Reading as a Solitary Act

Kari wrote about what she believes in:

I believe in the power of stories, both fictional and non-fictional, to teach us the truth about the world around us.

She also shared the story of a father and daughter who read together every day for 3,218 consecutive nights. Kari has mentioned many times in the past how she and her husband read things together. I commented:

I’m really intrigued by the concept of reading together outside of the classroom or church situation. Really, I am. My parents really didn’t do that with me growing up, at least not so I can remember. I know that they read to me, but my earliest memories of reading are of Doing It Myself [insert foot stamp here]. Reading has always been a solitary act for me, and I think that’s why it’s been easier to shunt aside in adulthood, as I become more cognizant of my need to be with people for my mood and other reasons. Yet I am so enriched by reading that it makes me sad that this is so.

Since you’re a librarian, I feel you’re the best person to ask: How do you develop this skill of reading together? Surely you have to work on it with your kids.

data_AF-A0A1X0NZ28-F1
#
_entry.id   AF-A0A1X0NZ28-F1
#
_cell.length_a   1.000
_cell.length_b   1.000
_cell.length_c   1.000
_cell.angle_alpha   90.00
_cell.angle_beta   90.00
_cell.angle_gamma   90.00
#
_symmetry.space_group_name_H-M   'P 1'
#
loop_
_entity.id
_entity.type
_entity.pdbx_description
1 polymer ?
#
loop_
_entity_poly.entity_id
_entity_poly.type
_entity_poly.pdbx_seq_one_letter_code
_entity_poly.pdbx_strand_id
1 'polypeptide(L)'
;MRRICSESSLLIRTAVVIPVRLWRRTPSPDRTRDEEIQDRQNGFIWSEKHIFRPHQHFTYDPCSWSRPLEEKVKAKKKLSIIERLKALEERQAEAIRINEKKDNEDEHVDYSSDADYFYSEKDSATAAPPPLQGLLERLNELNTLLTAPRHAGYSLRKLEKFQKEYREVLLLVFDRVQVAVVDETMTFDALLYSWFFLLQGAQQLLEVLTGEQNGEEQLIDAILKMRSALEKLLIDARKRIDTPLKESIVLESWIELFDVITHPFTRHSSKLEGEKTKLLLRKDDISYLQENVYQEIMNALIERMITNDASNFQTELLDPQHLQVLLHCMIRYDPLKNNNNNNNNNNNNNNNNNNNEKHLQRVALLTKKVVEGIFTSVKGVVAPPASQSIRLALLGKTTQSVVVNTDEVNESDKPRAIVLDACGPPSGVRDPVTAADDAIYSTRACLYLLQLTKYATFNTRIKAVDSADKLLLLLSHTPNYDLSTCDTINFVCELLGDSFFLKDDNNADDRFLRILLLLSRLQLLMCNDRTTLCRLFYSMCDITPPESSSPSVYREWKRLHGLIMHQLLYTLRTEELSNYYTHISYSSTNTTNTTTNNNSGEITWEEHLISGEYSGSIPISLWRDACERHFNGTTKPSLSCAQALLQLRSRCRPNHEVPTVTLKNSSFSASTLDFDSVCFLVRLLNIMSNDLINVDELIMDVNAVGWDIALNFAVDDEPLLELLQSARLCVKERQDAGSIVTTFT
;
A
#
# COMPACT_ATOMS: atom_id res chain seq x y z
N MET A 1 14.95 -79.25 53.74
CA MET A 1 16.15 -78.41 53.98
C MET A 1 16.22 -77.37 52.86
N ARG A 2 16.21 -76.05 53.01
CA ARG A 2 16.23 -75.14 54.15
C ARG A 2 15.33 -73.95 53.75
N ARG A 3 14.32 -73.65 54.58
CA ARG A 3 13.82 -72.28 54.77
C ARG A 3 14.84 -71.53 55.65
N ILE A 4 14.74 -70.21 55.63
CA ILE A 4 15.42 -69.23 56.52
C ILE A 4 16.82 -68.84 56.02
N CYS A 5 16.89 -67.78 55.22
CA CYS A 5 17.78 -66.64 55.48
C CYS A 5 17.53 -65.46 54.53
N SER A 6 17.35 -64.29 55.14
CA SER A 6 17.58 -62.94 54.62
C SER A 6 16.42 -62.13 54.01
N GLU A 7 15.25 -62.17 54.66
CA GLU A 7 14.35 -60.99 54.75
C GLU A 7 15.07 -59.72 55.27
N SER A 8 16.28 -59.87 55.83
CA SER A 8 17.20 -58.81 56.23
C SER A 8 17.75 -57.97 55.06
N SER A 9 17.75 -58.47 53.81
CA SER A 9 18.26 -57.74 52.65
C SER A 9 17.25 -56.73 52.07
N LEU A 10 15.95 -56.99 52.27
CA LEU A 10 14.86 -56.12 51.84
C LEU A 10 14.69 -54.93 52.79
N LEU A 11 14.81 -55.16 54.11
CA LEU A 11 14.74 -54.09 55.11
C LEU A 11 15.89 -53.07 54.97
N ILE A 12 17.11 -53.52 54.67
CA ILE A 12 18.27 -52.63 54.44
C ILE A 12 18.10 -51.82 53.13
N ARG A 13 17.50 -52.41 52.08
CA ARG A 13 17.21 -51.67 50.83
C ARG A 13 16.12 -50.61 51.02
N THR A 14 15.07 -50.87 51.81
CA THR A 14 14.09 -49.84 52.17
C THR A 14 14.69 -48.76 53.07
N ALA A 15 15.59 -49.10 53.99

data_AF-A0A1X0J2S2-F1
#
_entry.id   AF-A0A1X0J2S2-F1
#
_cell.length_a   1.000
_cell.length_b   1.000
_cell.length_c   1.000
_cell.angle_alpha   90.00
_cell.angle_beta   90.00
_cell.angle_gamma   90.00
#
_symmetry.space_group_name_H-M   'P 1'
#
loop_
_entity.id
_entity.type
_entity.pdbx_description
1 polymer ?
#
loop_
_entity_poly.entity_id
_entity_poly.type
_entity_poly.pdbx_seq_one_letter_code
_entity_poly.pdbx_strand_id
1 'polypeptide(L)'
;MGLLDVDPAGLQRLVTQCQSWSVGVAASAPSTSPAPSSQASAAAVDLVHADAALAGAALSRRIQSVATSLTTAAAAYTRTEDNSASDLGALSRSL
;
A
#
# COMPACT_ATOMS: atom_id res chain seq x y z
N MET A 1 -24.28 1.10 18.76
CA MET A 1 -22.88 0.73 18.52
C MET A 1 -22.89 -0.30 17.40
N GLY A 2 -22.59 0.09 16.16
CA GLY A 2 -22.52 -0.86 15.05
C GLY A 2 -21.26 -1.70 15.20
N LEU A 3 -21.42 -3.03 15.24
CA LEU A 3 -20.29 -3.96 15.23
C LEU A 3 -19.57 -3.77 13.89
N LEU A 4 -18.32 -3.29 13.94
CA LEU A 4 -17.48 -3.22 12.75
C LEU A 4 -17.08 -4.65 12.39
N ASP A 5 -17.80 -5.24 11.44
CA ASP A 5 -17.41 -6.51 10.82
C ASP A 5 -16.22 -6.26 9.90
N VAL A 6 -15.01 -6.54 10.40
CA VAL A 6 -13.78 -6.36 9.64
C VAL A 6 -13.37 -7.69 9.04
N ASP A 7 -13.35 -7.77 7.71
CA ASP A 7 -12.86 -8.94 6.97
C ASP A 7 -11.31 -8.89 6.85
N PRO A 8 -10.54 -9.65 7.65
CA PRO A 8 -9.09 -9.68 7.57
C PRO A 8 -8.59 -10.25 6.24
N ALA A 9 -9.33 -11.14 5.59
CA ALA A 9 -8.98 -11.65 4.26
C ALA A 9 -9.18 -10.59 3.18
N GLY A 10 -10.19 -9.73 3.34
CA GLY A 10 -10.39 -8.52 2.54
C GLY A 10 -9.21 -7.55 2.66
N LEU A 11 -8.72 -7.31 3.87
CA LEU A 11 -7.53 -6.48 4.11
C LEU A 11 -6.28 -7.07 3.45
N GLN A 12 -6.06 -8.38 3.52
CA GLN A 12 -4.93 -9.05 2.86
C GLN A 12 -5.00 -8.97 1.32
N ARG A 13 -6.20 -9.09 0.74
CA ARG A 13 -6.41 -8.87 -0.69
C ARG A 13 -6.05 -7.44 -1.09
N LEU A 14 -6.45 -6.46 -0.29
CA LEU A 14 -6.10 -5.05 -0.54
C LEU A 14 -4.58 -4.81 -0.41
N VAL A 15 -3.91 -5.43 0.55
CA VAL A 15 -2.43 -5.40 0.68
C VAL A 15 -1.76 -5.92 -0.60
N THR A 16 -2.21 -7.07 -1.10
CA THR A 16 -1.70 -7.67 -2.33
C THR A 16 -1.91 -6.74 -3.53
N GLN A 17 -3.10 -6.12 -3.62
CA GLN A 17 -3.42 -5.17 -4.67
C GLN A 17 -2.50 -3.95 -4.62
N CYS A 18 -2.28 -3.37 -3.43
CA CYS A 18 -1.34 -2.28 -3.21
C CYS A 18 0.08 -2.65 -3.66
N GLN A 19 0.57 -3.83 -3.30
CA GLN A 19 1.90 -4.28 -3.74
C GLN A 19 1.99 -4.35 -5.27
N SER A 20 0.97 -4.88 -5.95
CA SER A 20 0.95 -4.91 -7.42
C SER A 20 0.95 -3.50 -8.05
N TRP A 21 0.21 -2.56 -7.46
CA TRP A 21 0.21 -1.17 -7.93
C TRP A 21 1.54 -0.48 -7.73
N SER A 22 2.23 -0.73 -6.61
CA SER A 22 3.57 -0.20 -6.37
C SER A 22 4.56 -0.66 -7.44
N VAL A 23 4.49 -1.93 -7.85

I guess I’m a little struck by this as, late last night, I re-watched Dead Poets Society for some inspiration. There are so many things I love about that story, which is certainly based around the interactions that John Keating has with his students in teaching them to be free thinkers in the otherwise-rigid environment of a traditional all-male preparatory school. I think that one of the reasons that this resonates with me is that I studied [and loved studying, don’t get me wrong] aerospace engineering as an undergraduate. While some students make that a collaborative nature, I am, by nature, a solitary student. If I’m in a group, I’m usually leading it and/or teaching others. Mind you, leading and teaching are both passions of mine, but they can turn me into an insufferable asshole.

But what really strikes me is how this learning-and-reading-as-solitary-pursuit goes contrary to my nature as an extrovert. I often give copies [sometimes buying them] of books I’ve read to friends, intending that we talk about them after we’re done. Sometimes we do, but it’s usually just a fleeting conversation or two. That thought leaves me a little sad.

Of course, this concept now makes me want to have kids even more, because I want to read with them. I should’ve taken Liza up on her putting-me-to-bed schtick that she pulled the other week—seriously, the Granades’ younger one wanted me to put her to bed, which was both the most precious and intimidating thing she’s ever done around me—and read to her. I think that would’ve been really special. But at the same time, I didn’t want to take that quiet time at the end of the day away from Stephen or Misty.